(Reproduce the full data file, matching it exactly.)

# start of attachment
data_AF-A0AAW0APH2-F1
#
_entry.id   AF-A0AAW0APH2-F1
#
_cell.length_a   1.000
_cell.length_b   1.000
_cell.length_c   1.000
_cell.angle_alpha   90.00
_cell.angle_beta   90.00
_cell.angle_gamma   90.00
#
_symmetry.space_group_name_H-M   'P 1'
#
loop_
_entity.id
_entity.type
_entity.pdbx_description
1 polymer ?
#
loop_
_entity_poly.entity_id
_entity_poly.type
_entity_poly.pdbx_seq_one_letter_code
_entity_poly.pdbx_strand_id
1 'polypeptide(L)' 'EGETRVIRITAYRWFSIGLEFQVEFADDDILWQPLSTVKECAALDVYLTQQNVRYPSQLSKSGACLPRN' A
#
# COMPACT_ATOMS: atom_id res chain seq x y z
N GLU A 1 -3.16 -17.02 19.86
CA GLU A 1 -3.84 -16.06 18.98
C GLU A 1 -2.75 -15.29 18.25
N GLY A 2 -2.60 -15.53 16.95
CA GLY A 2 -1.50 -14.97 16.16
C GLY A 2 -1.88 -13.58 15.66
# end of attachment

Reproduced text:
data_AF-A0AAW0APH2-F1
#
_entry.id   AF-A0AAW0APH2-F1
#
_cell.length_a   1.000
_cell.length_b   1.000
_cell.length_c   1.000
_cell.angle_alpha   90.00
_cell.angle_beta   90.00
_cell.angle_gamma   90.00
#
_symmetry.space_group_name_H-M   'P 1'
#
loop_
_entity.id
_entity.type
_entity.pdbx_description
1 polymer ?
#
loop_
_entity_poly.entity_id
_entity_poly.type
_entity_poly.pdbx_seq_one_letter_code
_entity_poly.pdbx_strand_id
1 'polypeptide(L)' 'EGETRVIRITAYRWFSIGLEFQVEFADDDILWQPLSTVKECAALDVYLTQQNVRYPSQLSKSGACLPRN' A
#
# COMPACT_ATOMS: atom_id res chain seq x y z
N GLU A 1 -3.16 -17.02 19.86
CA GLU A 1 -3.84 -16.06 18.98
C GLU A 1 -2.75 -15.29 18.25
N GLY A 2 -2.60 -15.53 16.95
CA GLY A 2 -1.50 -14.97 16.16
C GLY A 2 -1.88 -13.58 15.66